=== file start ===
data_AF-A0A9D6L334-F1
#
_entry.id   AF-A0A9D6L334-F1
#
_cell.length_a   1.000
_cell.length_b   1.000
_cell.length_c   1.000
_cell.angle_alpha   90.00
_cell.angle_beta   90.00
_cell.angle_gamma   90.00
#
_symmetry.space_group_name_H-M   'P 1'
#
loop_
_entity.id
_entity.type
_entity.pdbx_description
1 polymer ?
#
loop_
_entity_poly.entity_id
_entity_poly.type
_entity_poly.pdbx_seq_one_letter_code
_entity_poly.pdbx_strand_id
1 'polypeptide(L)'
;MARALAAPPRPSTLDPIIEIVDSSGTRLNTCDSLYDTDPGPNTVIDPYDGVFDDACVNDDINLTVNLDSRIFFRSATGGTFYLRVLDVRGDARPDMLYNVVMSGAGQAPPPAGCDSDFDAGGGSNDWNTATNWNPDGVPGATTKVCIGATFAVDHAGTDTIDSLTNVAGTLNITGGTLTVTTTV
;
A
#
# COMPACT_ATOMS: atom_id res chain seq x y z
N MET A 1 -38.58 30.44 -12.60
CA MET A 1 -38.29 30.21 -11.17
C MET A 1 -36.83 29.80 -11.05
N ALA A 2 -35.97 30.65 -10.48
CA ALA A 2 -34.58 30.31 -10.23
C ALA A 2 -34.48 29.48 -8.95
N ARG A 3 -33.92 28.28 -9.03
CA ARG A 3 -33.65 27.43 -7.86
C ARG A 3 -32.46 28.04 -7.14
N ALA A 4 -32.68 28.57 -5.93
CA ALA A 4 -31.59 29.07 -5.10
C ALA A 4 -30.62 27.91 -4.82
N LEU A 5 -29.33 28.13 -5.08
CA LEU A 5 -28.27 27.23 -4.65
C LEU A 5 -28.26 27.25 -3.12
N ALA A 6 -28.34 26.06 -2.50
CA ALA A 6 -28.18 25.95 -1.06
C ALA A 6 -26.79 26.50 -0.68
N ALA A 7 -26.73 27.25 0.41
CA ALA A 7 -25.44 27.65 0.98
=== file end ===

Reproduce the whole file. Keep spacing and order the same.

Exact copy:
data_AF-A0A9D6L334-F1
#
_entry.id   AF-A0A9D6L334-F1
#
_cell.length_a   1.000
_cell.length_b   1.000
_cell.length_c   1.000
_cell.angle_alpha   90.00
_cell.angle_beta   90.00
_cell.angle_gamma   90.00
#
_symmetry.space_group_name_H-M   'P 1'
#
loop_
_entity.id
_entity.type
_entity.pdbx_description
1 polymer ?
#
loop_
_entity_poly.entity_id
_entity_poly.type
_entity_poly.pdbx_seq_one_letter_code
_entity_poly.pdbx_strand_id
1 'polypeptide(L)'
;MARALAAPPRPSTLDPIIEIVDSSGTRLNTCDSLYDTDPGPNTVIDPYDGVFDDACVNDDINLTVNLDSRIFFRSATGGTFYLRVLDVRGDARPDMLYNVVMSGAGQAPPPAGCDSDFDAGGGSNDWNTATNWNPDGVPGATTKVCIGATFAVDHAGTDTIDSLTNVAGTLNITGGTLTVTTTV
;
A
#
# COMPACT_ATOMS: atom_id res chain seq x y z
N MET A 1 -38.58 30.44 -12.60
CA MET A 1 -38.29 30.21 -11.17
C MET A 1 -36.83 29.80 -11.05
N ALA A 2 -35.97 30.65 -10.48
CA ALA A 2 -34.58 30.31 -10.23
C ALA A 2 -34.48 29.48 -8.95
N ARG A 3 -33.92 28.28 -9.03
CA ARG A 3 -33.65 27.43 -7.86
C ARG A 3 -32.46 28.04 -7.14
N ALA A 4 -32.68 28.57 -5.93
CA ALA A 4 -31.59 29.07 -5.10
C ALA A 4 -30.62 27.91 -4.82
N LEU A 5 -29.33 28.13 -5.08
CA LEU A 5 -28.27 27.23 -4.65
C LEU A 5 -28.26 27.25 -3.12
N ALA A 6 -28.34 26.06 -2.50
CA ALA A 6 -28.18 25.95 -1.06
C ALA A 6 -26.79 26.50 -0.68
N ALA A 7 -26.73 27.25 0.41
CA ALA A 7 -25.44 27.65 0.98